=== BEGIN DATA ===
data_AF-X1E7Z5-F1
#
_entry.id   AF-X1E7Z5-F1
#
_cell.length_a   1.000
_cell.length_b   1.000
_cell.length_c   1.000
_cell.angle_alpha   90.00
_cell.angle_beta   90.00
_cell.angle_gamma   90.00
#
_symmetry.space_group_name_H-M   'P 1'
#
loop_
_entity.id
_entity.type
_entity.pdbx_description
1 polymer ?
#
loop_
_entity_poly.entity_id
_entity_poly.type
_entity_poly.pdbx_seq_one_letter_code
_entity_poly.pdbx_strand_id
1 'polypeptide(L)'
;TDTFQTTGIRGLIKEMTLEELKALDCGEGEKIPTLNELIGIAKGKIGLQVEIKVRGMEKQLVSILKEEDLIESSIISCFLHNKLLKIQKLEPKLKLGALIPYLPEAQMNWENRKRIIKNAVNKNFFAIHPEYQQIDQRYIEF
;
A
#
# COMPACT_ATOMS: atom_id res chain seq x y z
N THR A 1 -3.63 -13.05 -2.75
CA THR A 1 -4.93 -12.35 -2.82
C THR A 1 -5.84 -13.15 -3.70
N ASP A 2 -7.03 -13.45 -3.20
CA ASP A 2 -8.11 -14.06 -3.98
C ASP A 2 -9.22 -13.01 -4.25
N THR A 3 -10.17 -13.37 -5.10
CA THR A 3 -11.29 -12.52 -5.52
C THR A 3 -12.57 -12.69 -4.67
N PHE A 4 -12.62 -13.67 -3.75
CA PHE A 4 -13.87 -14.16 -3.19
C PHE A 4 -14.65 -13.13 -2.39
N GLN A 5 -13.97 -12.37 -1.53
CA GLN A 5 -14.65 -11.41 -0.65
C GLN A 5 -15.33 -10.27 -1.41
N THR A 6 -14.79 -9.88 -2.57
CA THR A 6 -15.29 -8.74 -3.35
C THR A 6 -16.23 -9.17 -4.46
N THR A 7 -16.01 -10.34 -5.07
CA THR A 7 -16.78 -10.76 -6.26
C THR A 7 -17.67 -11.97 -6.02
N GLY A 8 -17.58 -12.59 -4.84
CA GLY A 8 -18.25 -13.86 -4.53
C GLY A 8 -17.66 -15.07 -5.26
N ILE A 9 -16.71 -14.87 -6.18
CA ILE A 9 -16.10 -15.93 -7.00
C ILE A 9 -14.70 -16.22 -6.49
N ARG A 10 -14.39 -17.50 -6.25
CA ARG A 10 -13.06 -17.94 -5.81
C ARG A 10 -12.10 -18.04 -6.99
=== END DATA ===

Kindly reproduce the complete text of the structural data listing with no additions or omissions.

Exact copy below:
data_AF-X1E7Z5-F1
#
_entry.id   AF-X1E7Z5-F1
#
_cell.length_a   1.000
_cell.length_b   1.000
_cell.length_c   1.000
_cell.angle_alpha   90.00
_cell.angle_beta   90.00
_cell.angle_gamma   90.00
#
_symmetry.space_group_name_H-M   'P 1'
#
loop_
_entity.id
_entity.type
_entity.pdbx_description
1 polymer ?
#
loop_
_entity_poly.entity_id
_entity_poly.type
_entity_poly.pdbx_seq_one_letter_code
_entity_poly.pdbx_strand_id
1 'polypeptide(L)'
;TDTFQTTGIRGLIKEMTLEELKALDCGEGEKIPTLNELIGIAKGKIGLQVEIKVRGMEKQLVSILKEEDLIESSIISCFLHNKLLKIQKLEPKLKLGALIPYLPEAQMNWENRKRIIKNAVNKNFFAIHPEYQQIDQRYIEF
;
A
#
# COMPACT_ATOMS: atom_id res chain seq x y z
N THR A 1 -3.63 -13.05 -2.75
CA THR A 1 -4.93 -12.35 -2.82
C THR A 1 -5.84 -13.15 -3.70
N ASP A 2 -7.03 -13.45 -3.20
CA ASP A 2 -8.11 -14.06 -3.98
C ASP A 2 -9.22 -13.01 -4.25
N THR A 3 -10.17 -13.37 -5.10
CA THR A 3 -11.29 -12.52 -5.52
C THR A 3 -12.57 -12.69 -4.67
N PHE A 4 -12.62 -13.67 -3.75
CA PHE A 4 -13.87 -14.16 -3.19
C PHE A 4 -14.65 -13.13 -2.39
N GLN A 5 -13.97 -12.37 -1.53
CA GLN A 5 -14.65 -11.41 -0.65
C GLN A 5 -15.33 -10.27 -1.41
N THR A 6 -14.79 -9.88 -2.57
CA THR A 6 -15.29 -8.74 -3.35
C THR A 6 -16.23 -9.17 -4.46
N THR A 7 -16.01 -10.34 -5.07
CA THR A 7 -16.78 -10.76 -6.26
C THR A 7 -17.67 -11.97 -6.02
N GLY A 8 -17.58 -12.59 -4.84
CA GLY A 8 -18.25 -13.86 -4.53
C GLY A 8 -17.66 -15.07 -5.26
N ILE A 9 -16.71 -14.87 -6.18
CA ILE A 9 -16.10 -15.93 -7.00
C ILE A 9 -14.70 -16.22 -6.49
N ARG A 10 -14.39 -17.50 -6.25
CA ARG A 10 -13.06 -17.94 -5.81
C ARG A 10 -12.10 -18.04 -6.99